America Is a Bull's-eye for Extreme Weather

If extreme weather were personified as fictional boxer Rocky Balboa, the United States would be represented by Apollo Creed and Ivan Drago – a couple of fighters he defeated. 

America is the punching bag for severe weather events. No other country in the world gets slugged with as many – and as extreme – storms as we do. 

That's according to weather experts Rick Spinrad, head of the National Oceanic and Atmospheric Administration, and Kathie Dello, a climatologist in North Carolina. 

The U.S. has been blessed with a wide variety of beautiful scenery. Including majestic mountains, luscious valleys, fertile farmland, and gorgeous lakes and rivers. But it has also been cursed with repeated knockout punches from catastrophic weather events.  

Geography Is to Blame 

Why do we get hit with so many more violent storms than other countries? Blame geography. We sustain an endless series of jarring left jabs and roundhouse rights due to having lengthy coastlines along two oceans and the Gulf of Mexico. Plus jet streams affected by mountain ranges and flatlands. 

The resulting vicious weather events are not confined to a particular time of year. For 12 months every year, one part of the country or another gets beaten into submission by Mother Nature.

Including with hurricanes, tornadoes, and floods. Plus severe thunderstorms, lightning, and atmospheric rivers. As well as nor'easters, blizzards, and ice storms. Not to mention derechos, monsoons, dust storms, and the periodic polar vortex.

Dello told the Associated Press that it's all about "where we are on the globe. It's truly a little bit... unlucky."

The National Centers for Environmental Information defines a weather disaster as one that causes damages and/or costs of over $1 billion. By that definition, there have been 348 weather and climate disasters in the U.S. since 1980. Which comes out to about eight per year.

A 'Clash of Air Masses'

Susan Cutter is director of the Hazards Vulnerability and Resilience Institute at the University of South Carolina.

She said that while China has more people and a large land mass like the U.S., "they don't have the same kind of clash of air masses... that is producing a lot of the severe weather."

Victor Gensini, a meteorology professor at Northern Illinois University, believes the top two culprits are the Gulf of Mexico and elevated terrain in the West.

Dry air from the West travels over the Rocky Mountains and meets up with warm, moist air from the Gulf. When combined with a jet stream, storms develop.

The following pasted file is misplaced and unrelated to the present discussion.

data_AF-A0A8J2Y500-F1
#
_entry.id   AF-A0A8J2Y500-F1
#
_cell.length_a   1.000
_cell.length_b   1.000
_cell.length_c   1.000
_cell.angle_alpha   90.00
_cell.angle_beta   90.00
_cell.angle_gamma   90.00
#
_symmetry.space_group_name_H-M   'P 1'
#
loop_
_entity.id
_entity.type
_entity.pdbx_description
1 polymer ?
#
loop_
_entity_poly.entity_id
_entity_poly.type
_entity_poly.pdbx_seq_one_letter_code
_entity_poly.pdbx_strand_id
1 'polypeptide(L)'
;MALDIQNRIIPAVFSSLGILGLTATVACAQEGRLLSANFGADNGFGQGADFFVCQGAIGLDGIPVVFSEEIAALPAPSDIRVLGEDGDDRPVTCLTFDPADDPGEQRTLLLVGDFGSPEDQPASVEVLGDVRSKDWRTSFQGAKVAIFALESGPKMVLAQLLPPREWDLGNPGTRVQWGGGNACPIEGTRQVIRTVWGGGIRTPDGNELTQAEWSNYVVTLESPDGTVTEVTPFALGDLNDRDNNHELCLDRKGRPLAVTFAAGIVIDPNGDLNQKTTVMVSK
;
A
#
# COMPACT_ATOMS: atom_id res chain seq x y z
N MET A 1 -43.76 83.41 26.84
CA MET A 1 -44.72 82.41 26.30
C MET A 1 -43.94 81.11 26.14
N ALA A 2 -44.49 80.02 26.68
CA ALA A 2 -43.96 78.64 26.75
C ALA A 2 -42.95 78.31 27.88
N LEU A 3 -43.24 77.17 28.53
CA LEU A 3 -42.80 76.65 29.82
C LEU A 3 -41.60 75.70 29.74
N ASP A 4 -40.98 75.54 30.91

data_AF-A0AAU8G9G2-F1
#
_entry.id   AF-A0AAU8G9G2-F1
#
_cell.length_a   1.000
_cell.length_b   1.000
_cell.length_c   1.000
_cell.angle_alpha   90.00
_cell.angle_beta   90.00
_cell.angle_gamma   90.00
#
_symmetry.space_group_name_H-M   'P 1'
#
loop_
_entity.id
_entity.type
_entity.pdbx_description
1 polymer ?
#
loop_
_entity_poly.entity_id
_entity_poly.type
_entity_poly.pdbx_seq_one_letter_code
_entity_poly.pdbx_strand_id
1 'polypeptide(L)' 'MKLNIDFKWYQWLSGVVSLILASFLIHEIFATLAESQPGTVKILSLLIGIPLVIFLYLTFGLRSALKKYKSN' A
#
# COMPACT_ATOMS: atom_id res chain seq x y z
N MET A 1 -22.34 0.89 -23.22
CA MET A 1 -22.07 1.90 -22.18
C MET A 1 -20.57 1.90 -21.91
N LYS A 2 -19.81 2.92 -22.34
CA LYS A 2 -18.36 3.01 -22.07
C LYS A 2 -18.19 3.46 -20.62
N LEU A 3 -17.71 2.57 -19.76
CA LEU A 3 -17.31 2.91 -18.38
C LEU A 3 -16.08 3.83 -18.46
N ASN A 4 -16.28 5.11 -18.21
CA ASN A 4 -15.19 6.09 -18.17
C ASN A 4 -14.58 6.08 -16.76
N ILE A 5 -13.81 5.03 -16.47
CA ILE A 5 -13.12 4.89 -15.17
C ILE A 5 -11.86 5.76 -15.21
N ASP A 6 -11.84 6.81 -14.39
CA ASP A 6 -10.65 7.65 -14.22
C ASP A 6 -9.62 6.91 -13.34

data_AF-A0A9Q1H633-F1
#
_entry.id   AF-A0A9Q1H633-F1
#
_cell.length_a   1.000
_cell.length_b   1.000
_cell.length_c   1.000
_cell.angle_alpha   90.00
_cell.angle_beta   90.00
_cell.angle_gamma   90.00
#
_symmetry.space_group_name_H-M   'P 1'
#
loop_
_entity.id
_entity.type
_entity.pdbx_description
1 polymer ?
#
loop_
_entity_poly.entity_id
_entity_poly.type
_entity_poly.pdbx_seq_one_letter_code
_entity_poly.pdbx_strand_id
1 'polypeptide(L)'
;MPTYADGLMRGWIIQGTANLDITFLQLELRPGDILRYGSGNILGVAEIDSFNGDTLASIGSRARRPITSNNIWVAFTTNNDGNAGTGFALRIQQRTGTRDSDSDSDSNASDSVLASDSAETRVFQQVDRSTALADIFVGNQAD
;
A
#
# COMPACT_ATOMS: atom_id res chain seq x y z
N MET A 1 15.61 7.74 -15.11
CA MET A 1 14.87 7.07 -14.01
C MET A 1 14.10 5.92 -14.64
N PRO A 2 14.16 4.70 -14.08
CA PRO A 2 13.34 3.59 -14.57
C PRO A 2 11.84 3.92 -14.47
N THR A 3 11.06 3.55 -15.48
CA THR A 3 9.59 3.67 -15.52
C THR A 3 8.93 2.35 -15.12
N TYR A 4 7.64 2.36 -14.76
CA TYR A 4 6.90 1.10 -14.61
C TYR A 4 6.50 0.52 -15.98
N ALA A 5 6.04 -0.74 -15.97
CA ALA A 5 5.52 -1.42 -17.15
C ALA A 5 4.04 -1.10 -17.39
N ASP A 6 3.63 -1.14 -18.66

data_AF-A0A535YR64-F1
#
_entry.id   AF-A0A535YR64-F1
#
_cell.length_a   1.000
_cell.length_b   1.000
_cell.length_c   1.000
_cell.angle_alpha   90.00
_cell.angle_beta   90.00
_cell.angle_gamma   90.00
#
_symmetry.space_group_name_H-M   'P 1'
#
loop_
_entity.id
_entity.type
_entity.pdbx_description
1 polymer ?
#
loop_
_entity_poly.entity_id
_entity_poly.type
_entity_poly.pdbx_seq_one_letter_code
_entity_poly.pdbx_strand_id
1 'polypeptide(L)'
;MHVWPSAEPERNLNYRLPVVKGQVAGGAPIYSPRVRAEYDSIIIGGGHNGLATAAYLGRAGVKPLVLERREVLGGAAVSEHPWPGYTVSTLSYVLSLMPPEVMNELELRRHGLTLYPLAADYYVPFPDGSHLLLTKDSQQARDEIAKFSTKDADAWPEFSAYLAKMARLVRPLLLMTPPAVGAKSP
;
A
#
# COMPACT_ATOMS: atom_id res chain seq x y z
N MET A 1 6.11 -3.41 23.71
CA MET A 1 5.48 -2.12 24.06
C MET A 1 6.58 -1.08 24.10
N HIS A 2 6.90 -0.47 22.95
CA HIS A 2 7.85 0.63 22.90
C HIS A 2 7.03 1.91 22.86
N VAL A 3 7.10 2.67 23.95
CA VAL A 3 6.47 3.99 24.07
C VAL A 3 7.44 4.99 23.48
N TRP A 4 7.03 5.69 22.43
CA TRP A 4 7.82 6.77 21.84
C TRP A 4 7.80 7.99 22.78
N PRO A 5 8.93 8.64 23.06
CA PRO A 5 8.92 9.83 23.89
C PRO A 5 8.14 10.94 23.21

Spinrad explained that we can't get away from it without moving to another country. "It is a reality that regardless of where you are in the country, where you call home, you've likely experienced a high-impact weather event firsthand." 

Location, Location, Location 

America just happens to be located right between the Arctic and the tropics. The cold air from the former and warm air from the latter meet and clash regularly. That's what drives the jet stream.

The mountain ranges – Appalachians and Rockies – both run north and south, which affect prevailing winds from the West. 

The Gulf of Mexico sends its hot and moist air underneath the cooler air lifted by the mountains, a phenomenon unseen in most of the rest of the world.

While every part of the country is prone to some kind of weather disaster, the South may have it the worst of all. That's because folks there experience everything from hurricanes and tornadoes to flooding, wildfires, and the occasional blizzard.

And, of course, states such as Florida, North Carolina, and Louisiana jut out into large bodies of water, so they are vulnerable to hurricanes. 

Our Choices, Our Infrastructure

But we can't blame everything on geography. Yes, those weather events will occur regardless of where we live. But millions of people choose to live near large bodies of water. We keep moving to areas that are at high risk for storms and flooding. 

And we spend billions of dollars annually on a wide variety of projects, but not enough on repairing and fortifying an aging infrastructure. Also, building standards have gone down in a number of areas.

Marshall Shepherd is a former president of the American Meteorological Society. He said, "Our infrastructure is crumbling and nowhere near being climate-resilient at all."

Brown University professor of environment and society, Kim Cobb, said, "It's sad that we have to live these crushing losses."

Feeling Powerless? Protect with Preparedness

But maybe extreme weather events in the U.S. have run their course and we can expect calm and peaceful conditions ahead? Nope.

The experts all agree that even "more extreme" weather is headed our way. In other words, it will just keep getting worse.      

We're powerless to stop it, and that is frustrating. But we're not powerless to protect ourselves from the inevitable. 

Make an emergency preparedness plan and stock up on what survival gear you can afford. Don't leave your survival to chance like so many others are doing. You might have to take a couple of punches, but you'll stay on your feet until the final bell.    

Leave a comment

*Required Fields